The program, dubbed Mobile Retail Rewards, makes the platform for the app that backed Chiquita’s FanFun Sweepstakes, Little League sponsorship and brand-building efforts commercially available for retail and consumer packaged goods companies.
It launched Sept. 4, said Adam Lavine, co-founder and chief executive officer of Pleasanton, Calif.-based FunMobility. Costs vary, but start at $899 monthly; more information is available online.
The platform is prepackaged with location-based marketing widgets like store finders, check-ins and unlockable digital rewards and coupons. The service works with existing marketing programs and offers analytics and consumer relationship management.
Retailers participating in Chiquita’s smartphone app included Target, Safeway, Wal-Mart, Kroger Co. and Sprouts Farmers Market, Lavine said.
Once inside a store, consumers use the app to “invite” whatever rewards are on offer.
“They must opt in; there’s no background tracking,” he said. “Of those who registered for the app, 28% took it to a retail location and checked in. It shows they interact with a brand, which has a lot of value, and it shows retailers Chiquita is using technology to drive consumers to their stores, adding value to stocking their products.”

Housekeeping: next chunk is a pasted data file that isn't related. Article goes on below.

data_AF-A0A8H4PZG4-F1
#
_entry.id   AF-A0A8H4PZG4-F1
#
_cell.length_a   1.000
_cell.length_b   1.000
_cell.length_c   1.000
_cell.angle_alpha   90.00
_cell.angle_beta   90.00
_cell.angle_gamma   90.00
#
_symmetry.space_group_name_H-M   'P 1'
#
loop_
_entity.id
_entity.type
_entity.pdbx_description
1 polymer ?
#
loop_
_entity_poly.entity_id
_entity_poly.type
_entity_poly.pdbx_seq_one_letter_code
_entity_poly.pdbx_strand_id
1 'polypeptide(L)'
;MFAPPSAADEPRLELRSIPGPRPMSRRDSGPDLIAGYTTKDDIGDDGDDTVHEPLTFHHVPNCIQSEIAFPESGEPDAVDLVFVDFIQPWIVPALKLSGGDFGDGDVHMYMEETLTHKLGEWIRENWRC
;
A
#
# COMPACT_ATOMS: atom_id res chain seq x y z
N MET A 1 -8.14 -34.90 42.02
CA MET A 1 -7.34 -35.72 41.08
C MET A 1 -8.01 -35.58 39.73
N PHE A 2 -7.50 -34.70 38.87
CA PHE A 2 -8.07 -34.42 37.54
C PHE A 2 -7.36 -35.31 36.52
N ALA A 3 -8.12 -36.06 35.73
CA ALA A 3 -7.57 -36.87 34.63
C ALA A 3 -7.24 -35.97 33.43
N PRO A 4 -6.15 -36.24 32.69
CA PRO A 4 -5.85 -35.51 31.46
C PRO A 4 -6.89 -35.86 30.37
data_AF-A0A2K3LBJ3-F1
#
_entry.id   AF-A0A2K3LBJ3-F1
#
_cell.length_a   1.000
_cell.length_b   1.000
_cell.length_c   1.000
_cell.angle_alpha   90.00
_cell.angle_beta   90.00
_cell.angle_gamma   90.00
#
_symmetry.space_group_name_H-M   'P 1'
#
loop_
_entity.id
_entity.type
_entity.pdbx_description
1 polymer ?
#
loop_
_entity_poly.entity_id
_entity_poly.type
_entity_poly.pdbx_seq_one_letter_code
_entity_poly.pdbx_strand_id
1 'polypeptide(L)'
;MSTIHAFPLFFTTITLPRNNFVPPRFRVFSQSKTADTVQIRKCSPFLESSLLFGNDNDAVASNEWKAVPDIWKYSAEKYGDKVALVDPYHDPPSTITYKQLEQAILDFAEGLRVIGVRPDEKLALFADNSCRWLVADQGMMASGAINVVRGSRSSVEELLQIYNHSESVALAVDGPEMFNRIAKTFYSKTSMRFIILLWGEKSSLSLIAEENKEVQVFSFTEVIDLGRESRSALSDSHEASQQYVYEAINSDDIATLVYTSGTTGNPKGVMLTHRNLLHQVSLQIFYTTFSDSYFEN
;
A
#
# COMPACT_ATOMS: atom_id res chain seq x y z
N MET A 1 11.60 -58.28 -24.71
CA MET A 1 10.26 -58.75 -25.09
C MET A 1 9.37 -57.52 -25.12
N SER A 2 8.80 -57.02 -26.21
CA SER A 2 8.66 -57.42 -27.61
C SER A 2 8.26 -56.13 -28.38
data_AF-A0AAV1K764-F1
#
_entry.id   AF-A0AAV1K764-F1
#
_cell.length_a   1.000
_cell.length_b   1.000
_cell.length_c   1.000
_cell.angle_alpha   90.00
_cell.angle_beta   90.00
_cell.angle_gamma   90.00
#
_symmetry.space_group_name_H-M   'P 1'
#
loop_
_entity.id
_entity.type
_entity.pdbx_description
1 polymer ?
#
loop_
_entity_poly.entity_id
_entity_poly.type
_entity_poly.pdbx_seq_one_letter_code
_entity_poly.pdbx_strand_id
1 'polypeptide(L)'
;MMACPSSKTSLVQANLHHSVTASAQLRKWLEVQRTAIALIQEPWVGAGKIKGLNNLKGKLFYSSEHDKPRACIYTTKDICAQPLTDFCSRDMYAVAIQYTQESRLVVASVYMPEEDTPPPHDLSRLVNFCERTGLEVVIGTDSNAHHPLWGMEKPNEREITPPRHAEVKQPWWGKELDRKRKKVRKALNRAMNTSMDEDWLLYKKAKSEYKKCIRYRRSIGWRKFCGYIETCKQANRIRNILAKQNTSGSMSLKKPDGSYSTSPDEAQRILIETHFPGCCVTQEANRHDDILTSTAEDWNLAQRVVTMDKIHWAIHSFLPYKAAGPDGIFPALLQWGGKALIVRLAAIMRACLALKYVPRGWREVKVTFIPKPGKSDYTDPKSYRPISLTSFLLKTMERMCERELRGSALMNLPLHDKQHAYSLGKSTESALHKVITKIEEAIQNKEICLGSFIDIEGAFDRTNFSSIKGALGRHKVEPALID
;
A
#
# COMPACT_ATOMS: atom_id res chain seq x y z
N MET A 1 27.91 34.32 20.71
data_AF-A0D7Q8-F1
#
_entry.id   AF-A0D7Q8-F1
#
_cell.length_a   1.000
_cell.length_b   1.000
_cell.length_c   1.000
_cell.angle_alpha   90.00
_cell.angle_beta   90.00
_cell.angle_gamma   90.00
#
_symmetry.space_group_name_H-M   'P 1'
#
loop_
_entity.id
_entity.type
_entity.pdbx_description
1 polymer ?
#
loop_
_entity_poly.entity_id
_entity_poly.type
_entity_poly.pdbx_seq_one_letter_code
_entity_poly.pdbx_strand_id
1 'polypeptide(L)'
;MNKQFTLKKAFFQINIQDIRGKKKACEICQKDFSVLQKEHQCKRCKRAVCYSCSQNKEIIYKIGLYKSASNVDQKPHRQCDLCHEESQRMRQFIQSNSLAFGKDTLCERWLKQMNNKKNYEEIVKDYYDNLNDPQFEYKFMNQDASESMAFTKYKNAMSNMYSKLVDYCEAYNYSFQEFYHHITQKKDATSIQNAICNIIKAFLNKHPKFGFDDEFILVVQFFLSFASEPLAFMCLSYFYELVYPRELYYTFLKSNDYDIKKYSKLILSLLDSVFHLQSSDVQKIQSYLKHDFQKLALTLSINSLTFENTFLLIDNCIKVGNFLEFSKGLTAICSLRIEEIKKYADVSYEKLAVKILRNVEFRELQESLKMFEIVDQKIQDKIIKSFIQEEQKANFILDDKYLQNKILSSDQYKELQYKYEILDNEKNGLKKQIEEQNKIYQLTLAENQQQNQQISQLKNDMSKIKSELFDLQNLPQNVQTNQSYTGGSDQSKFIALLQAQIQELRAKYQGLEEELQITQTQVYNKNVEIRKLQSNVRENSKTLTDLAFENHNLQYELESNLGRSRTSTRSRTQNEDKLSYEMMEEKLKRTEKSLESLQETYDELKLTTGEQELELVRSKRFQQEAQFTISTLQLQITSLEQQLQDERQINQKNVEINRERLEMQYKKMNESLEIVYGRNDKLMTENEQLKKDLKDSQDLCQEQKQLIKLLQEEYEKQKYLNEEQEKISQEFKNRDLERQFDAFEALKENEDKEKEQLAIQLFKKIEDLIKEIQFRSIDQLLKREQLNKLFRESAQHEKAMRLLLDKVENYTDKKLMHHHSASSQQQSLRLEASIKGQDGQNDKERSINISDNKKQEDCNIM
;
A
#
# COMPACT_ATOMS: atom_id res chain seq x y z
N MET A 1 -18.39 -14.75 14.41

Rewards vary by retailer from coupons and redeemable points to sweepstake entries, games, ring tones and others. Some stack rewards, making them greater with increased visits. Some offer shoppers a choice among rewards.
Chiquita’s app was developed in six weeks. Another element of it, a Little League card maker with the grower-shipper’s brand, was used by about half who downloaded the app, Lavine said.
Apps allow for future communication with consumers in newsletters, promotions and offers. Existing apps can add on a software development kit to obtain FunMobility widgets. The company’s apps cross the mobile web, Apple iOS and Android platforms.
One survey, Lavine said, found smartphones are rated important by 96% of chief executive officers, but only 17% have a mobile strategy.
“Without that in place, you’re doing spray and pay with your mobile dollars,” he said. “One person we talked to at a trade organization said they spent $1.2 million for mobile marketing and got bupkus out of it. Too many cooks in the kitchen.”